Located in the remote area northeast of Lijiang in Yunnan Province, Lugu Lake (泸沽湖) is situated in a beautiful landscape that certainly qualifies as an "off-the-beaten-path" adventure. However, the positive sentiments I hold for Lugu Lake come with equivalently cautious "buts" that need to be addressed.
Getting to Lugu Lake from Lijiang is neither a cheap, short, or easy feat. The cost is around 150 Yuan per person each way, which gets you stuffed into a small 8-seater van for a bumpy six hour ride into the mountains. Along the way there are several rest stops that will make anyone weak in the stomach lose their appetite for a week. That said, once you get there, the sights are well worth the wait. It should be noted that you can take a private car out there from Lijiang for around 700 Yuan in total, which might be worth considering if you have a group of 3 or 4 people.
Lugu Lake is a place where you can experience three seasons in a day. In the Spring, which is a good time to go, the days are warm and sunny, though a shower or two is likely. When the clouds roll in along with thunder and lightning, it begins to feel like a scene from a Halloween movie, only to make way for a rainbow laden sunset.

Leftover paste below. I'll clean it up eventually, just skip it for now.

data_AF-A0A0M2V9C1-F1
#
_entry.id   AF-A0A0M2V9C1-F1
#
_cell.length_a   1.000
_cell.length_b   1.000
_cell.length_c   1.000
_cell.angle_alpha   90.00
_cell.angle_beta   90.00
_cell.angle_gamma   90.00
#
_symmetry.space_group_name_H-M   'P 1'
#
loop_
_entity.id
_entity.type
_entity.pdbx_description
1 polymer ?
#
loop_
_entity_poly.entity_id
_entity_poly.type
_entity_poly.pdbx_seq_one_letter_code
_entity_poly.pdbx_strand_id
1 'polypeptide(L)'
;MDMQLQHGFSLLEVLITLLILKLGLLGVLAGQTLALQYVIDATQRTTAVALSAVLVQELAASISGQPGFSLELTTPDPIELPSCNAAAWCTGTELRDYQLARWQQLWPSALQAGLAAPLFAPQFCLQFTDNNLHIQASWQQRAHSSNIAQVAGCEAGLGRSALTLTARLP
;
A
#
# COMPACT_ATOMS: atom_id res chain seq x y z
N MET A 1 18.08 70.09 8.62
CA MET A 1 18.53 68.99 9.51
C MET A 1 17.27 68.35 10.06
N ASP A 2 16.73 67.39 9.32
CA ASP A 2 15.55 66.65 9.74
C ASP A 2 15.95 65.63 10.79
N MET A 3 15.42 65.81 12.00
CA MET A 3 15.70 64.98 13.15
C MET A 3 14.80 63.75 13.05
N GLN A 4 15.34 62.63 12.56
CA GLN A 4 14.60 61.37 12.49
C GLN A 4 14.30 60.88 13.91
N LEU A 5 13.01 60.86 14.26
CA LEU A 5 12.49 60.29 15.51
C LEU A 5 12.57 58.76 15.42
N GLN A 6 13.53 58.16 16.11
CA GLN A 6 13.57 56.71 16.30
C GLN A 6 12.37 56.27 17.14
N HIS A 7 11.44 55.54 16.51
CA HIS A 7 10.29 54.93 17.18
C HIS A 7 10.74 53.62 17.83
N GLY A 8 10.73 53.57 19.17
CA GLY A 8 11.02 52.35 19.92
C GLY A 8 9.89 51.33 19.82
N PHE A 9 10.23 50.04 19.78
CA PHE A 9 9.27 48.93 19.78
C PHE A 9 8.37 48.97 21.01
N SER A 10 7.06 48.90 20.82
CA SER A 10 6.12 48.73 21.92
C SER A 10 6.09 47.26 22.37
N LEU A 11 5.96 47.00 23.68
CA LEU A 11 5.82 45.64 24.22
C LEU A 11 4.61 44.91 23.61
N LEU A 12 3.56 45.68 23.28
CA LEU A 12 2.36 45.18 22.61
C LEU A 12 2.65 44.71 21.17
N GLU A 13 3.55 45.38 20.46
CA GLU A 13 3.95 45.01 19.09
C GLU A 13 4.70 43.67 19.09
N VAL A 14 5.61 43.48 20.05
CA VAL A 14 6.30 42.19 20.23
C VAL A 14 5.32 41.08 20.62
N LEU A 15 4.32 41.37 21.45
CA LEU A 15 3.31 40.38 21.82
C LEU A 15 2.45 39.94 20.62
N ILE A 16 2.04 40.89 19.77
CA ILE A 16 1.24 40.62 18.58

In terms of things to do in Lugu Lake, the natural environment lends itself to a lot of great hikes and mountain biking, while you can also stick to the paved road around the 68 kilometer lake via rented scooter or bicycle. For the water-faring types, there is also boating and kayaking available, though rather mild in intensity since the lake is very calm. Overall, it can be an excellent place to rest and relax, especially if you just finished hiking the Tiger Leaping Gorge like I did.
Sounds great, right? Well, just note that everything in Lugu Lake comes at a price – a steep one at that. I was shocked to find the cost of eating in a small village restaurant was nearly the same as an upscale eatery in the heart of Shanghai. Additionally, the transportation fares getting out of there are significantly more than the price getting in. I get the feeling that the local culture there is unfortunately focused on gouging visitors than creating a positive, memorable experience.
But don't just take my word for it. This blog also has a lot of great insights into their experience.